Ask Chris #154: The Super-Bad ’70s
Over a lifetime of reading comics, Senior Writer Chris Sims has developed an inexhaustible arsenal of facts and opinions. That's why, each and every week, we turn to you to put his comics culture knowledge to the test as he responds to your reader questions!
Q: Who is the best 70s style (kung fu, monster, urban, or all of the above) comic book character other than Marvel's Dracula? -- @talestoenrage
A: This is actually a really tough question to answer, and not just because I had to think about it for like two minutes before I realized what you meant by "urban" and stopped trying to narrow down characters who lived in cities. It'd be one thing if you asked me to tell you which character most personified '70s comics as a whole, because really, you can't get much more on the nose than a demonically possessed motorcycle stunt rider driving around the desert getting into fights with dudes dressed like giant eyeballs.
But the best? That's a little more difficult.The obvious answer -- for my taste, anyway -- is The Punisher, but that doesn't really seem to fit quite right. Don't get me wrong, though, he is definitely tied into a certain '70s aesthetic, and not just because that's when he was created. With his past in the Vietnam war and his revenge-crazed one-man war against the mob, Frank Castle is directly descended from Don Pendleton's long-running Mack Bolan: The Executioner novels, with helpings of Dirty Harry and Death Wish thrown in for good measure. The first big black-and-white Punisher magazine even ran an interview with Pendleton, just in case anyone missed the connection.
The thing is, while he's immediately compelling as a dude who runs around wearing a gigantic skull on his chest trying to shoot Spider-Man and/or the Jackal, the Punisher doesn't really get to the point where he can stand on his own until he gets into his own series. The elements of the '70s vigilante craze are definitely still there, but the adventures that really shaped the character come from a different place that's distinctly the '80s, as filtered through the usually bizarre lens of Marvel Comics. Between the opening story's assault on a cocaine kingpin, the two-part Class of 1984-inspired story where Frank becomes a substitute teacher to fight the Kingpin's teenage goons, and the Stone Cold-esque story where he infiltrates a biker gang as a meth cook named "Freewheelin' Frank," Mike Baron's run on Punisher might as well be sitting in a video store next to a VHS copy of MegaForce.
Note: This is not a complaint, and may in fact be the highest compliment I can pay.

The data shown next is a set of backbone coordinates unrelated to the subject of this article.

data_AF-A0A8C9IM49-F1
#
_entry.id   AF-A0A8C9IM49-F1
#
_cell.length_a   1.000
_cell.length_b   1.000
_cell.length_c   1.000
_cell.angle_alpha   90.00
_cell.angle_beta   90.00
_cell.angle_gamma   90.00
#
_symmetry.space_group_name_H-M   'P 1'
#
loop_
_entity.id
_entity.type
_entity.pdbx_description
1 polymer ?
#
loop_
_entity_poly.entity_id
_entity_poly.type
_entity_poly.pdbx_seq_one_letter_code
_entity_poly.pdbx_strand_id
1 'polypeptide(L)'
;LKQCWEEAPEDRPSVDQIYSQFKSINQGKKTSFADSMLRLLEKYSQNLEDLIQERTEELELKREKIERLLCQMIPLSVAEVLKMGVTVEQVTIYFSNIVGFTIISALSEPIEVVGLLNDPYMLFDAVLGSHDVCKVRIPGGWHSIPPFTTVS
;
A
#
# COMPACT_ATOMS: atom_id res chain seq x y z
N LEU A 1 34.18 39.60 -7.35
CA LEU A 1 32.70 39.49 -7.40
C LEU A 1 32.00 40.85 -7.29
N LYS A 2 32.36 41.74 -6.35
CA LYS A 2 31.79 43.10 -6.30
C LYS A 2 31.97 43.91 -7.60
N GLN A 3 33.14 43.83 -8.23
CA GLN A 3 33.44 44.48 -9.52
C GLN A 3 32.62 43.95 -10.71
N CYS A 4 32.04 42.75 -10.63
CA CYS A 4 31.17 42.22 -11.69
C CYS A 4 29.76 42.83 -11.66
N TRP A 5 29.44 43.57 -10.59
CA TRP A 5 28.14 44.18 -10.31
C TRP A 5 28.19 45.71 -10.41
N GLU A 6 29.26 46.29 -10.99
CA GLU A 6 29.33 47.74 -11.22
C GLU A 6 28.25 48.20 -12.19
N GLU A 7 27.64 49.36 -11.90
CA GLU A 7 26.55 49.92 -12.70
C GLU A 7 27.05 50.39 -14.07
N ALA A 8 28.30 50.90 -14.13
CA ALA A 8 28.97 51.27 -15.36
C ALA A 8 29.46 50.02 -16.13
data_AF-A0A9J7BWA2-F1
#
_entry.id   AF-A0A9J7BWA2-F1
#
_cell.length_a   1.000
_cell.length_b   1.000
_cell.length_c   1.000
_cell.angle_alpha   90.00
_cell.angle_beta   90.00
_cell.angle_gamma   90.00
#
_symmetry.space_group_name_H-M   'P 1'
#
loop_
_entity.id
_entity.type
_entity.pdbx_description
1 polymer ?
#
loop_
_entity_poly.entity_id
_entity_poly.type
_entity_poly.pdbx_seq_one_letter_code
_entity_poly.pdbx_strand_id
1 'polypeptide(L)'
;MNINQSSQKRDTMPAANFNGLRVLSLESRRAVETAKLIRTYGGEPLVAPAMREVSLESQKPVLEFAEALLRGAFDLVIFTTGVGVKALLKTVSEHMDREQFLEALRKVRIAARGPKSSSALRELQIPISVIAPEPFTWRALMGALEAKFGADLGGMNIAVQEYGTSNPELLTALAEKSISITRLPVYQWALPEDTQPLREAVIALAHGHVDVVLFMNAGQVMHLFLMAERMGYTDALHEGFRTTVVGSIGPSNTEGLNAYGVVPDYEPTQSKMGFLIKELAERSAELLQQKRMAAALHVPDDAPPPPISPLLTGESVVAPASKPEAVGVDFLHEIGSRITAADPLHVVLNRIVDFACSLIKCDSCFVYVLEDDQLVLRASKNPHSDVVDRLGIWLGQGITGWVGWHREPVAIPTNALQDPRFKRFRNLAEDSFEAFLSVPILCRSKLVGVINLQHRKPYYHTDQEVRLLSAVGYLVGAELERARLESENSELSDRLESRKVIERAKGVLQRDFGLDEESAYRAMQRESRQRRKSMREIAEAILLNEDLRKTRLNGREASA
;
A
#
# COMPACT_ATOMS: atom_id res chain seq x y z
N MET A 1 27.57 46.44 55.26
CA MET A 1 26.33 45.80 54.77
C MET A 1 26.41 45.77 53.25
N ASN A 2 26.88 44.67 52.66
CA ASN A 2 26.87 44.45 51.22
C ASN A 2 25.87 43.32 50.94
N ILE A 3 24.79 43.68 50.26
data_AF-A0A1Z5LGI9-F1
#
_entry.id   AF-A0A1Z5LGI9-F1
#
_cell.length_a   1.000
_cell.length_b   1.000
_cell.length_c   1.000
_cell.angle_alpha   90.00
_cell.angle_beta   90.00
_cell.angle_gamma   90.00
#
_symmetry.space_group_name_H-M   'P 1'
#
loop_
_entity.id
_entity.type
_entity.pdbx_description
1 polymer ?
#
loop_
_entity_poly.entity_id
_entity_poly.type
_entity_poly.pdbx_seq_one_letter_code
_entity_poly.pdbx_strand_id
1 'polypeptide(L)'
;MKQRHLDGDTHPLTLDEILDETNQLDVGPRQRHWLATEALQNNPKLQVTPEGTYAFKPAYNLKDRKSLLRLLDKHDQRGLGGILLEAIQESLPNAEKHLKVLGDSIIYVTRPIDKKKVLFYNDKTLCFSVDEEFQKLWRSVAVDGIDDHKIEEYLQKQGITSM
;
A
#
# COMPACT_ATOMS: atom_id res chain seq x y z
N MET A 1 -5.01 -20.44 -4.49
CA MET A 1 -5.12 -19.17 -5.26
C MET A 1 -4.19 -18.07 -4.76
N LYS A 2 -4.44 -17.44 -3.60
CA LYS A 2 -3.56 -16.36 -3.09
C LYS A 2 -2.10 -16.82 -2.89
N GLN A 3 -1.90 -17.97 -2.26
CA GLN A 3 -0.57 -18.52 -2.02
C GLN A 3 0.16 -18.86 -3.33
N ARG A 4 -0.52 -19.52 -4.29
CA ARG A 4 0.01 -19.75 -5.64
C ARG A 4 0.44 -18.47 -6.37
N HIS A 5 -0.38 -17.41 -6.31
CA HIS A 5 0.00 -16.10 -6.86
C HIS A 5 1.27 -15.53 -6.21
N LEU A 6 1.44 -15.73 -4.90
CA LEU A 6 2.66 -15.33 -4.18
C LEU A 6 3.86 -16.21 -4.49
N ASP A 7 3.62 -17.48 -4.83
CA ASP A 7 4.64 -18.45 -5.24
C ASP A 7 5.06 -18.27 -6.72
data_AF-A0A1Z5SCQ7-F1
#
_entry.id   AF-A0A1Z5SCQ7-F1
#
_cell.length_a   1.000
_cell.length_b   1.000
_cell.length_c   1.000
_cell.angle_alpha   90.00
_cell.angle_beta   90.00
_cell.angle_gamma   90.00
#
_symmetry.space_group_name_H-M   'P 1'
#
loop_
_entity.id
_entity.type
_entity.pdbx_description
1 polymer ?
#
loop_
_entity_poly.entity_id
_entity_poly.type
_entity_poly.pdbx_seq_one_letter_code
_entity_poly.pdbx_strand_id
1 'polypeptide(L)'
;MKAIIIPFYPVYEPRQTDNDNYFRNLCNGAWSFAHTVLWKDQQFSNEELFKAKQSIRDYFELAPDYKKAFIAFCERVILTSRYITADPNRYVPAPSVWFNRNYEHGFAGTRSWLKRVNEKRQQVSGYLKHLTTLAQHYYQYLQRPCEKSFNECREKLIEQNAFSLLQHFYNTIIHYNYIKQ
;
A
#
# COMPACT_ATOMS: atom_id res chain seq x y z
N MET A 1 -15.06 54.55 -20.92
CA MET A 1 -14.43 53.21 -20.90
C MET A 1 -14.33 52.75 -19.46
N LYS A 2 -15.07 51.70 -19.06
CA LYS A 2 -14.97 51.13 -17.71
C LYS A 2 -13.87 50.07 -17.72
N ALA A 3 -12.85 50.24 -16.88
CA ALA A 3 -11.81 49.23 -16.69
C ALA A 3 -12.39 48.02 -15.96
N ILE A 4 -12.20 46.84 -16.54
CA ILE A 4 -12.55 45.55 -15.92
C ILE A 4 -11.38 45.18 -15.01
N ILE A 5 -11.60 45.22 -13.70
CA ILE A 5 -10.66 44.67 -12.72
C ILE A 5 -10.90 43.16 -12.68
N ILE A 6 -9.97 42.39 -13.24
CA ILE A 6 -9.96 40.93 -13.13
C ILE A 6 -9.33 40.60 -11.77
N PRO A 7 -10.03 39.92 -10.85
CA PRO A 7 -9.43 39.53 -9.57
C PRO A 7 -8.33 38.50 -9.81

So with that dude and Dracula out of the running, there's really only one answer for who's the best '70s style character. Or rather... one duo: Power Man and Iron Fist.
I these guys so much, and while I like them a lot on their own, it's when they got paired up in 1978 that things really got great. Not only did they manage to have way more success (and about 25 more issues) as a pair than they ever did alone, they did it by hanging onto two decidedly '70s genres way longer than they should've been able to.
Unlike their competitors over at DC, who only ever managed to get the reasonably terrible Richard Dragon: Kung Fu Fighter out of the deal, Marvel really went all-in on the kung fu craze. Iron Fist made his debut in 1974 -- only a year after the smash hit release of Enter the Dragon -- and he wasn't alone. Master of Kung Fu and Deadly Hands of Kung Fu (featuring the Sons of the Tiger!) were all providing the perfect places for ads promoting Count Dante's Dim-Mak Death Touch, and what they lacked in the kind of motion and choreography that you get from watching a movie, they made up for it in giving you the kind of stuff that you could only really see in comics -- especially in Iron Fist. That was a book about a dude with a magical glowing hand that could punch through anything that he got by choking out an actual dragon, so yeah. It's pretty exciting.
Of course, looking back, it's also pretty cringe-worthy in a lot of ways, particularly in that he's a blue-eyed, blonde-haired white kid who gets swept off to a mystical faux-Asian fantasy land to become their Chosen One and save them from assaults by broccoli people. But, you know, it could've been worse. He could've been Richard Dragon.